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What are Nanobubbles?

Nanobubbles are nanoscopic gaseous (typically air) cavities in aqueous solutions that have the ability to change the normal characteristics of water.

Ordinary bubbles have a diameter which range from 1 µm and larger. These quickly rise to the surface of a liquid and collapse.

Nanobubbles which are <100 nm in diameter will randomly drift owing to what is termed, Brownian Motion and can remain in liquids for an extended period of time. 

  • Nanobubbles are hydrophobic: they repel water and are attracted to particle’s surfaces.
  • Particles in the water serve as seeds where nanobubbles are formed.
  • Proprietary controlled cavitation produces hydrophobic, negatively charged nanobubbles on the seeded surfaces thereby encapsulating the particles. Thus, their zeta potential is lowered, resulting in the particles coagulating.
  • These particles are naturally attracted to surfaces and are very easy to filter out and will not adhere to surfaces. Particles can then be back washed and cannot cause bio fouling due to their encapsulation.
  • This Mode of Action is a patented, novel discovery and cannot be replicated by other gas-infusion nanobubble technologies.

Ordinary bubbles (>1nm diameter) quickly rise to the surface and burst but the smaller nanobubbles (<100 nm diameter) have a lower buoyancy and will remain suspended in liquids for an extended period of time.

Diagram demonstrates a three-dimensional Brownian motion path of a single nanobubble.

The Bauer Nanobubbles generator creates a dispersion of paramagnetic oxygen nanobubbles (nitrogen is not paramagnetic so it is the oxygen species in air that create the special properties), the presence of which gives the water highly functional properties that are not found in “normal” water.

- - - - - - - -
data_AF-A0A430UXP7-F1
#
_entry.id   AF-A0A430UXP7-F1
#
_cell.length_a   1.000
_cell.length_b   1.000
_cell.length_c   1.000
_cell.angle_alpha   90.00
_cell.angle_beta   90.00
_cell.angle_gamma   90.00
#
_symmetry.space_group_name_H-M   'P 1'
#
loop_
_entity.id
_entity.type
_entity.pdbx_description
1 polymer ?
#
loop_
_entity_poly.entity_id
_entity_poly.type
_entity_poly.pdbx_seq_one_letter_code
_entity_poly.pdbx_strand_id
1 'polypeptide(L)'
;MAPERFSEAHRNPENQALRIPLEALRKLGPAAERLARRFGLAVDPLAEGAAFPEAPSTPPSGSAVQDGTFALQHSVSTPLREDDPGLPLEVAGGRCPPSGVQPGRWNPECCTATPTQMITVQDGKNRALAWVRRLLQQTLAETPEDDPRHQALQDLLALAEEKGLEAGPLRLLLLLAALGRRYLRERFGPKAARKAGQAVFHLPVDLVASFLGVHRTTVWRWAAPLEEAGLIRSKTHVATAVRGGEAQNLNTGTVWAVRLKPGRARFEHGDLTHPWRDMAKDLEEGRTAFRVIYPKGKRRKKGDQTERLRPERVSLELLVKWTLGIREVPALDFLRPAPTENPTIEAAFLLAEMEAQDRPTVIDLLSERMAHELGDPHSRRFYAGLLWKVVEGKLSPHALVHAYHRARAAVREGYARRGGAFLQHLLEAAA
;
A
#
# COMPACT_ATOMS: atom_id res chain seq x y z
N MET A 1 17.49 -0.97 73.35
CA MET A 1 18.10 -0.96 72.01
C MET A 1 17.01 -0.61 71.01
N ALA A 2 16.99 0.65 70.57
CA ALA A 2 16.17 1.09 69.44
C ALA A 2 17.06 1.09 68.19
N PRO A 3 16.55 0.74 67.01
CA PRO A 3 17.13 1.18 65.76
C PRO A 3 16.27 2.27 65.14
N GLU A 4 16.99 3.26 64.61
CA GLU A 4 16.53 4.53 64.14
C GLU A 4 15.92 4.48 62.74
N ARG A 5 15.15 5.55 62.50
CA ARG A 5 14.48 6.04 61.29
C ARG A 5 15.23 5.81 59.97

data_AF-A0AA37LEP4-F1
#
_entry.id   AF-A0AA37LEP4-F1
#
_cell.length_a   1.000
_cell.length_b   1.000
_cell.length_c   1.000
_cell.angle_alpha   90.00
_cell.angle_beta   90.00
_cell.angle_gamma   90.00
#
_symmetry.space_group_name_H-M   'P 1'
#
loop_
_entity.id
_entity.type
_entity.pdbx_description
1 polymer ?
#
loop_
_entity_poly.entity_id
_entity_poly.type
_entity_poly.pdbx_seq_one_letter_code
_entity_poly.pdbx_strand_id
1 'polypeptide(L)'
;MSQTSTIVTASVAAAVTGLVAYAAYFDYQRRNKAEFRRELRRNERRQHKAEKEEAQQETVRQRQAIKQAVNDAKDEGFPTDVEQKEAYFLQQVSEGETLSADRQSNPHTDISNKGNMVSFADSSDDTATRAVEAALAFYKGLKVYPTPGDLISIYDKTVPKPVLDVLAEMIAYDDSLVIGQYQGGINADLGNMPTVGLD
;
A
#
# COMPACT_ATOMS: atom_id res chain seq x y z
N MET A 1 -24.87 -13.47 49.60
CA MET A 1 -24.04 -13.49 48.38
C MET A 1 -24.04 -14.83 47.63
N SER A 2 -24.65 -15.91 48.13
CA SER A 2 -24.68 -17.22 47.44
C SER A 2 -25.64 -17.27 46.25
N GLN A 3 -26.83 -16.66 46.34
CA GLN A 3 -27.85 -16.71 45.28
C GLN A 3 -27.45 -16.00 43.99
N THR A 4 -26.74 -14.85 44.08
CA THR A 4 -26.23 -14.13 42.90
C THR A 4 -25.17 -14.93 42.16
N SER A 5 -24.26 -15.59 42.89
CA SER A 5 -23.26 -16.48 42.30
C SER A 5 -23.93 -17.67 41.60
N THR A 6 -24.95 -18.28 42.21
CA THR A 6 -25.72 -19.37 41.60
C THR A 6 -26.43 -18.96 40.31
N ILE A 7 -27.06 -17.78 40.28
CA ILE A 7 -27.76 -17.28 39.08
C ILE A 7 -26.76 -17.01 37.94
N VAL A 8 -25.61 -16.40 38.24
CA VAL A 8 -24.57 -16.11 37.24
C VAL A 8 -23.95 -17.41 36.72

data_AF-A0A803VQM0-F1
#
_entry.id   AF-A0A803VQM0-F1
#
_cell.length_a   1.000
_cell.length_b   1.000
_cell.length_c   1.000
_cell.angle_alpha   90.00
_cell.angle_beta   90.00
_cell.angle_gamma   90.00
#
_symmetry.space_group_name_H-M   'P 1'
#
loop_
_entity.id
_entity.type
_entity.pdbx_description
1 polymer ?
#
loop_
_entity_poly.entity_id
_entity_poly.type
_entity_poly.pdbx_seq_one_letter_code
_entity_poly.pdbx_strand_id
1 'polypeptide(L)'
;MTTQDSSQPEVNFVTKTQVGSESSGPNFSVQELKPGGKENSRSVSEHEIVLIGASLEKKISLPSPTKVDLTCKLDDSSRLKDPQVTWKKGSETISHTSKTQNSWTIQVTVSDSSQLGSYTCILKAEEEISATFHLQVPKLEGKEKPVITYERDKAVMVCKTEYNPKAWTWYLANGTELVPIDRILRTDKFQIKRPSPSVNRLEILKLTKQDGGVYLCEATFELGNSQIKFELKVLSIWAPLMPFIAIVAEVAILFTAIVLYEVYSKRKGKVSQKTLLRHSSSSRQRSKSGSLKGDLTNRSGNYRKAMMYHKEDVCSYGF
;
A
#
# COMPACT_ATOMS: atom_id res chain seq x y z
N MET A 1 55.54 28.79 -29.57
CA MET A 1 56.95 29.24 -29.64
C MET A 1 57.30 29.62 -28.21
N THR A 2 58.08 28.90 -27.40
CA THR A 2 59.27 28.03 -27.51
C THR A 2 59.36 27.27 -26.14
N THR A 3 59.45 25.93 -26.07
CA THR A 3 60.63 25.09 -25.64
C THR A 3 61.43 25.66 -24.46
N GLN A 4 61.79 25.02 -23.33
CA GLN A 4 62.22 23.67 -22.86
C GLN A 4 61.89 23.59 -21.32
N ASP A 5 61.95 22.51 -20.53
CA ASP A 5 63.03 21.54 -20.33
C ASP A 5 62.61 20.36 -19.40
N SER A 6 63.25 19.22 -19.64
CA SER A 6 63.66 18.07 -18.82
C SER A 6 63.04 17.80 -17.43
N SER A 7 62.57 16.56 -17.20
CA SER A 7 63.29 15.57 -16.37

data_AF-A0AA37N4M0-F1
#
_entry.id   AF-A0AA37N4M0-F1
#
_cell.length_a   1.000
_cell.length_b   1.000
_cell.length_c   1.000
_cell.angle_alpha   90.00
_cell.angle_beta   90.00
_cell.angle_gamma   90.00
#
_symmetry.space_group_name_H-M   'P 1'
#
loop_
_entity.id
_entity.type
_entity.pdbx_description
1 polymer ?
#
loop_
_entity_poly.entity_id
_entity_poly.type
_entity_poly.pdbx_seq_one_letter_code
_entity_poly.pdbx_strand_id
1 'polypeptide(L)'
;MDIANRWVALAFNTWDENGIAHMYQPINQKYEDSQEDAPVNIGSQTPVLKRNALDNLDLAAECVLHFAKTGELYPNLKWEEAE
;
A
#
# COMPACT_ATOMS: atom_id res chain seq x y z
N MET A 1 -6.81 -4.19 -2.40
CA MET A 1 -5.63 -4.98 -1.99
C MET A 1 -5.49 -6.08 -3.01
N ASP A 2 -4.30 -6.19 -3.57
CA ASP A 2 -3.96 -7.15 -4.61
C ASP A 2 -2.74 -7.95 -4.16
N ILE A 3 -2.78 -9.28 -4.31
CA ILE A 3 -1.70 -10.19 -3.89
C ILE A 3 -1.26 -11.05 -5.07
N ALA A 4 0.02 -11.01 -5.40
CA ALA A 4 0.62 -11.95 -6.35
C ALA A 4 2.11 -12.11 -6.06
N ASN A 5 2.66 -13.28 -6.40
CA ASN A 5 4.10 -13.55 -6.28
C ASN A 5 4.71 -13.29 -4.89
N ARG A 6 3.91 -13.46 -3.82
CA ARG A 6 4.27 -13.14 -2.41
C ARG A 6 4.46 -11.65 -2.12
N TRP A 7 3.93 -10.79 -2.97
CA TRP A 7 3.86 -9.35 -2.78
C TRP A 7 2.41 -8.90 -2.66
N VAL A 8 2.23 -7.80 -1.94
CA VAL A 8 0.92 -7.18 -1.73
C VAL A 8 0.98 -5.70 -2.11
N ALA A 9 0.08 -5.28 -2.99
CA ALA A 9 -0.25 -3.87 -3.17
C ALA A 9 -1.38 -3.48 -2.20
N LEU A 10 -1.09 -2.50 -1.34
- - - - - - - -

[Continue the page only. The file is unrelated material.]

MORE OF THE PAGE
This treated water has different behavioral characteristics that provide significant improvements in filtration properties, solubility, detergency, lubricity, rinsing and importantly, in sanitation processes where it increases the killing capacity or efficacy of all disinfection solutions produced using this water.

Additionally, the water facilitates the solubilization of polysaccharide O-matrices such as those found in biofilms. By using this treated water, existing biofilms are removed during repeat applications and crucially, it ensures that no new biofilms form and mitigates further microbial growth.

How is Bauer-Processed Water Different?

Water that is processed through the Bauer Nanobubbles generator has completely different fundamental physico-chemical and physico-mechanical characteristics compared with “normal” water. It is these characteristics that give the treated water its unique properties that make it extremely useful in various industrial applications.  

Bubble Stability & Longevity

Based on the Young–Laplace equation, bubbles grow or shrink by diffusion based on whether the surrounding solution is over or under-saturated with gas relative to the cavities pressure.

Since the solubility of gas is proportional to the gas pressure and this pressure is exerted by the surface tension in inverse proportion to the diameter of the bubble, the normal tendency is for bubbles to shrink in size and dissolve in a few microseconds. However, nanobubbles are observed in water for days.
The stability of nanobubbles is not well understood but is thought to be a balance of the van der Waal’s force of attraction and the electric double-layer force of repulsion between neighboring nanobubbles, with additional contributions from the virtual disappearance of buoyant force, bridging nanobubbles, entropic restriction, and fluid structuring.

The longevity factor of nanobubbles in water increases residence time of oxygen in the water and in doing so, directly impacts any type of aerobic or anaerobic interaction with viruses and bacteria.

Diagram showing how the balance of energy forces affects the stability of colloidal (nanoparticle) suspensions.